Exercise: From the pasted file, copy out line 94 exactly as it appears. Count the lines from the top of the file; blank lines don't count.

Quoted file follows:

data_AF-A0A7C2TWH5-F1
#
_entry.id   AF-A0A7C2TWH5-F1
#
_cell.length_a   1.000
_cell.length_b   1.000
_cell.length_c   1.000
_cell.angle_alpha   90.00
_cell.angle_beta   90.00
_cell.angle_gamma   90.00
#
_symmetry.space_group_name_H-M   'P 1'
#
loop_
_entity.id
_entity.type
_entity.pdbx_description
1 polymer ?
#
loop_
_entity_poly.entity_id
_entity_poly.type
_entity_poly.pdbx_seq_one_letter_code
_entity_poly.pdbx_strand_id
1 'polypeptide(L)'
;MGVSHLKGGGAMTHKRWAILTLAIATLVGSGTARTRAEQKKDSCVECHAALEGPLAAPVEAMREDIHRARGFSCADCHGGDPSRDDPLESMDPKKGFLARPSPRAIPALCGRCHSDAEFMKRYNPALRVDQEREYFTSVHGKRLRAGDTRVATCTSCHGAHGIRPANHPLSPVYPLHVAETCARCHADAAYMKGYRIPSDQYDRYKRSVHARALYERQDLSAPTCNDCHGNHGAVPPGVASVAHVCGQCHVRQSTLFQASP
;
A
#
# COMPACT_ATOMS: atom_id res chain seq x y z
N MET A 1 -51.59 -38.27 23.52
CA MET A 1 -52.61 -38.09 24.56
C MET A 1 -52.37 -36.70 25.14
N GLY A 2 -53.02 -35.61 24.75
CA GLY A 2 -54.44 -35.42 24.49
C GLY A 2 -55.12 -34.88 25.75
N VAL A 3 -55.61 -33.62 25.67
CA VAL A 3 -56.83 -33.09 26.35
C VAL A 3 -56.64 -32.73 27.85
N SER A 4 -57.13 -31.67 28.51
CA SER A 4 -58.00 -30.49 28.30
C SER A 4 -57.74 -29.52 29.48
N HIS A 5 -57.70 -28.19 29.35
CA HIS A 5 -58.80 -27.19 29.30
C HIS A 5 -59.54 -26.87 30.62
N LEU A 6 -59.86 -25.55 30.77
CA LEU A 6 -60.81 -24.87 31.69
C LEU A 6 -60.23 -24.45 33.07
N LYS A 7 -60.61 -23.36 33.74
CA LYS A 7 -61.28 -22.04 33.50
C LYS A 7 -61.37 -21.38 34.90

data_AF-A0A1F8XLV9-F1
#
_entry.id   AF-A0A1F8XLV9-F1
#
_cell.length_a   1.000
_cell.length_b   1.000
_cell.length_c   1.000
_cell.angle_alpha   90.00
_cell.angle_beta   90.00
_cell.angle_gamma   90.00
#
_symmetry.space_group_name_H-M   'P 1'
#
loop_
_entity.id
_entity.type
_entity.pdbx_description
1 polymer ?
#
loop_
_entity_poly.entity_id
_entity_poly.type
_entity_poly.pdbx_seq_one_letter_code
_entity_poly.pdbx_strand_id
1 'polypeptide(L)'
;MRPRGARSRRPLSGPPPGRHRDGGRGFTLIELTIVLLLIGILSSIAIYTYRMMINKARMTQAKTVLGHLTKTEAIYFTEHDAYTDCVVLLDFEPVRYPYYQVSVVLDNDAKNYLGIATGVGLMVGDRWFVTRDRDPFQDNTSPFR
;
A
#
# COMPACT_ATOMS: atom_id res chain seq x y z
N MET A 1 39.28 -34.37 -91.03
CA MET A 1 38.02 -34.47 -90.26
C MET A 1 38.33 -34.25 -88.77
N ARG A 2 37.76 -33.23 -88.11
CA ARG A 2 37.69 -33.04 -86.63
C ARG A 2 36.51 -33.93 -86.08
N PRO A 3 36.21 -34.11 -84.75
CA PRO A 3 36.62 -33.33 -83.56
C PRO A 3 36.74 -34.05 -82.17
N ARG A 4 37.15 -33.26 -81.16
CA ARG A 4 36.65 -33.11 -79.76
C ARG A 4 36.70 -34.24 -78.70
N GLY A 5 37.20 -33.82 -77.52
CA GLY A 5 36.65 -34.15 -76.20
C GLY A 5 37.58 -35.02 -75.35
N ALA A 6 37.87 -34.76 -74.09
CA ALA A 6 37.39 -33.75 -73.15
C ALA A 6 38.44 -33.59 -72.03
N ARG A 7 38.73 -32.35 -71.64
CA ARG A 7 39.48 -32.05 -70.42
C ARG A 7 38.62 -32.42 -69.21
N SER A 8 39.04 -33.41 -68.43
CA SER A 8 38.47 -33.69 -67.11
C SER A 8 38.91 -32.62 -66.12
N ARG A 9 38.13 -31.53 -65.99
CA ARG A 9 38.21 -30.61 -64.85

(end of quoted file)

N GLY A 5 37.20 -33.82 -77.52